May 2014

A Letter from your Lay Reader

Dear Friends,

May seems to have come round very quickly this year, possibly something to do with Easter being so late. After the excitement of Easter, the month of May is likely to be a bit quieter for the Church, but it is interesting to see that there are a number of Saints’ Days and commemoration days in May, and I thought I would take this opportunity to draw your attention to some of these.

May begins with the feast of St. Phillip and St. James. Phillip came from Bethsaida in Galilee and was one of the first Disciples to be called by Jesus. At his calling, Phillip was a married man with several daughters, but gave up his family to follow Jesus, by modern standards a tremendous personal sacrifice, but Jesus made it clear that such sacrifices were necessary in order to become one of his Disciples. Phillip was responsible for introducing Nathaniel to Jesus, which led to Nathaniel also becoming a Disciple.

Phillip shares his feast day, 1st May, with St. James, the son of Zebedee and generally known as “the less”. James was probably a cousin of Jesus but probably somewhat younger than Jesus. Like Phillip he became an Apostle together with his brother Jude.

2nd May is kept as the feast of St. Athanasius. Born in Alexandria in about 296 A.D. Athanasius is known as one of the great patriarchs of the early church, who played a major role in codifying the faith of the Church, his main contribution being the Athanasian Creed otherwise referred to in the Book of Common Prayer as Quicunque Vult.

We celebrate the life of Julian of Norwich on 8th May. An English writer and mystic, little is known of Julian’s life but many of her writings survive including The Sixteen Revelations of Divine Love written in about 1393, which tell of various visions she experienced, including visions of the Passion and the Holy Trinity.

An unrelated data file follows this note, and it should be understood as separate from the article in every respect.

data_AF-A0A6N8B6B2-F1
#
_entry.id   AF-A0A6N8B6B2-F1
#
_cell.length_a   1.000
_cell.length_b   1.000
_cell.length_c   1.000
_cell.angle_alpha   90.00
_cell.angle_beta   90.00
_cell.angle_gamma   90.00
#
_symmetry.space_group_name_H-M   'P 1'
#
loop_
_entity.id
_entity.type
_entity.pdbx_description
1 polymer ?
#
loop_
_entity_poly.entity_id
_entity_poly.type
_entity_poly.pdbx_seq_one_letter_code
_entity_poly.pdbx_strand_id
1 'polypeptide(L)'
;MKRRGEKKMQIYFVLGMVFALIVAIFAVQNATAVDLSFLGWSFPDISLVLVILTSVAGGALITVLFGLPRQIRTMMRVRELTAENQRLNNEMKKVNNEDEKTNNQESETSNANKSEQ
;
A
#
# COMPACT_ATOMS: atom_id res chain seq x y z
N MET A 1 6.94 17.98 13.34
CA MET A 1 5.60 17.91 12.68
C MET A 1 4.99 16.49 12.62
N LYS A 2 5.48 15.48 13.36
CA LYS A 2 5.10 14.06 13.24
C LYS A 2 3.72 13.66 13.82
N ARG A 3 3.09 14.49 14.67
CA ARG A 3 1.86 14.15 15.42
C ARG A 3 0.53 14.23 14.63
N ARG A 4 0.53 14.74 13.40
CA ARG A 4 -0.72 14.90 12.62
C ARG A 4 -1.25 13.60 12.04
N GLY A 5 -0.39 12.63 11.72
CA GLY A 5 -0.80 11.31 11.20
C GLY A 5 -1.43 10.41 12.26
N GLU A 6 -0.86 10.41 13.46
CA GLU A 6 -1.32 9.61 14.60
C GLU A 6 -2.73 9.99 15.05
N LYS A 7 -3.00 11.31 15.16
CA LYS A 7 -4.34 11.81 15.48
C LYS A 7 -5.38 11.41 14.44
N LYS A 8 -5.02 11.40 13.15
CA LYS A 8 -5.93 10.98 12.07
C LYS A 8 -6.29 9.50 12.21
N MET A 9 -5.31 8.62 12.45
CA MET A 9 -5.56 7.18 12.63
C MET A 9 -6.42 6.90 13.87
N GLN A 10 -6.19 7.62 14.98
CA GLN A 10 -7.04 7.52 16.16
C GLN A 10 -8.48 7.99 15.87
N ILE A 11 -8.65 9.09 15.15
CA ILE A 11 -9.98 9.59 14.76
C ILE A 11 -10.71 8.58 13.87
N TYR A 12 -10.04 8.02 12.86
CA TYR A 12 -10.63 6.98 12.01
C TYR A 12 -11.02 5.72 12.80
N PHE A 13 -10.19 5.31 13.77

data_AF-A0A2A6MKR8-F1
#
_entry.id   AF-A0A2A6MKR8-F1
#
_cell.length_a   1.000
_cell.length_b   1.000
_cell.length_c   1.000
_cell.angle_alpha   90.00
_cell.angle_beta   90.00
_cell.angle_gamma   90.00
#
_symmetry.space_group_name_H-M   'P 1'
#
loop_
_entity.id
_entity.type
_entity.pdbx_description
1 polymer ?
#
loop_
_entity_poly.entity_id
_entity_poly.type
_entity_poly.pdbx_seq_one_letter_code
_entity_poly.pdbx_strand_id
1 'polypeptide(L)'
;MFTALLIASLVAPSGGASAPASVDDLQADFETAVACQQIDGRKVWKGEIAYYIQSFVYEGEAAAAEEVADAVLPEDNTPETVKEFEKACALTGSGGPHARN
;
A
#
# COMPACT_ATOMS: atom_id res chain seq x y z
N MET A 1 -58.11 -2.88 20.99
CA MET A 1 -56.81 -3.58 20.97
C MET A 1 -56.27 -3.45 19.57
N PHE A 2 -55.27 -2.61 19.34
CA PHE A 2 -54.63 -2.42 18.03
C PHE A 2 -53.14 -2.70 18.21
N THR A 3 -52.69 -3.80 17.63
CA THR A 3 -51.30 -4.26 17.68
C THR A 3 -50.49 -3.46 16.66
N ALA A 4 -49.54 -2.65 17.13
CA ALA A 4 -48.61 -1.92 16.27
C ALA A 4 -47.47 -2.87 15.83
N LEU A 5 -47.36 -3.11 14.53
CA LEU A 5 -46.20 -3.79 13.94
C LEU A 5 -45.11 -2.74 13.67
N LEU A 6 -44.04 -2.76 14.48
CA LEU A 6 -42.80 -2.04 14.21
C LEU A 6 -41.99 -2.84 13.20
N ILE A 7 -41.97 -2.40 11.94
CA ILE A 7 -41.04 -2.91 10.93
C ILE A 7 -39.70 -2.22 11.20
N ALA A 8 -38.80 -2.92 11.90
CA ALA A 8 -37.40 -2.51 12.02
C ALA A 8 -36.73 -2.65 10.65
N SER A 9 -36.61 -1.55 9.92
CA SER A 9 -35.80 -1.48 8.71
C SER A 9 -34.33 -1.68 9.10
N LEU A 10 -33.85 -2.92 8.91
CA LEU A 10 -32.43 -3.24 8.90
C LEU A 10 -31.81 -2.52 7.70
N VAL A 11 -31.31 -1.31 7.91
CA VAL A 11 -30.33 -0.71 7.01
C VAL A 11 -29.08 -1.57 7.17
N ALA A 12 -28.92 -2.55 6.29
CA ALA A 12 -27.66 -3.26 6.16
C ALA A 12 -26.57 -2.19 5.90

The feast of Matthias is celebrated on 14th May. Matthias was the Apostle elected to replace Judas Iscariot as one of the twelve. He was a long serving Disciple of Jesus from his baptism by John the Baptist through to the Ascension. As an apostle his ministry took place largely in Greece and parts of North Africa.

Other lesser known saints are also commemorated, including Dunstan of Canterbury 19th May and Alcuin of York 20th May. On 24th May we remember two remarkable brothers (yet to be made saints) John and Charles Wesley. The Wesleys, although both Church of England priests are considered to be the founders of the Methodist Church, although also remembered as great preachers and hymn writers. Charles in particular is believed to have written no fewer than 6,000 hymns, many of which still appear in our 21st century hymn books.

St Augustine, the first archbishop of Canterbury is remembered on 26th May. Sent to England by Gregory the Great, Augustine landed on the Isle of Thanet in 596 and set about the task of converting the Britons to Christianity.

The month of May, this year, sees Ascension Day on 29th, one of the great festivals of the church, the day on which we celebrate Jesus ascending into heaven and thus providing that link between heaven and earth, giving us direct access to God. Ascension Day seems to be overlooked by many churches these days, probably because it always falls on a working day. However it will be celebrated in our Parish this year as usual by an evening service of Holy Communion. The month of May ends with one of the many Marian festivals which are dotted around the Church’s year. On 31st May we keep the feast of the Visit of Blessed Virgin Mary to Elizabeth, an event described in Luke’s Gospel.

So May certainly has its fair share of feast days and commemorations, far too many to deal with in any detail in this article, but perhaps I might have inspired you to take a closer look at some of the saints and others we remember this month. Look them up in books or on the internet, and find out more about the contribution they made to the growth of Christianity throughout the world.

With every blessing for the rest of the season of Easter and Ascension tide.

Malcolm Harper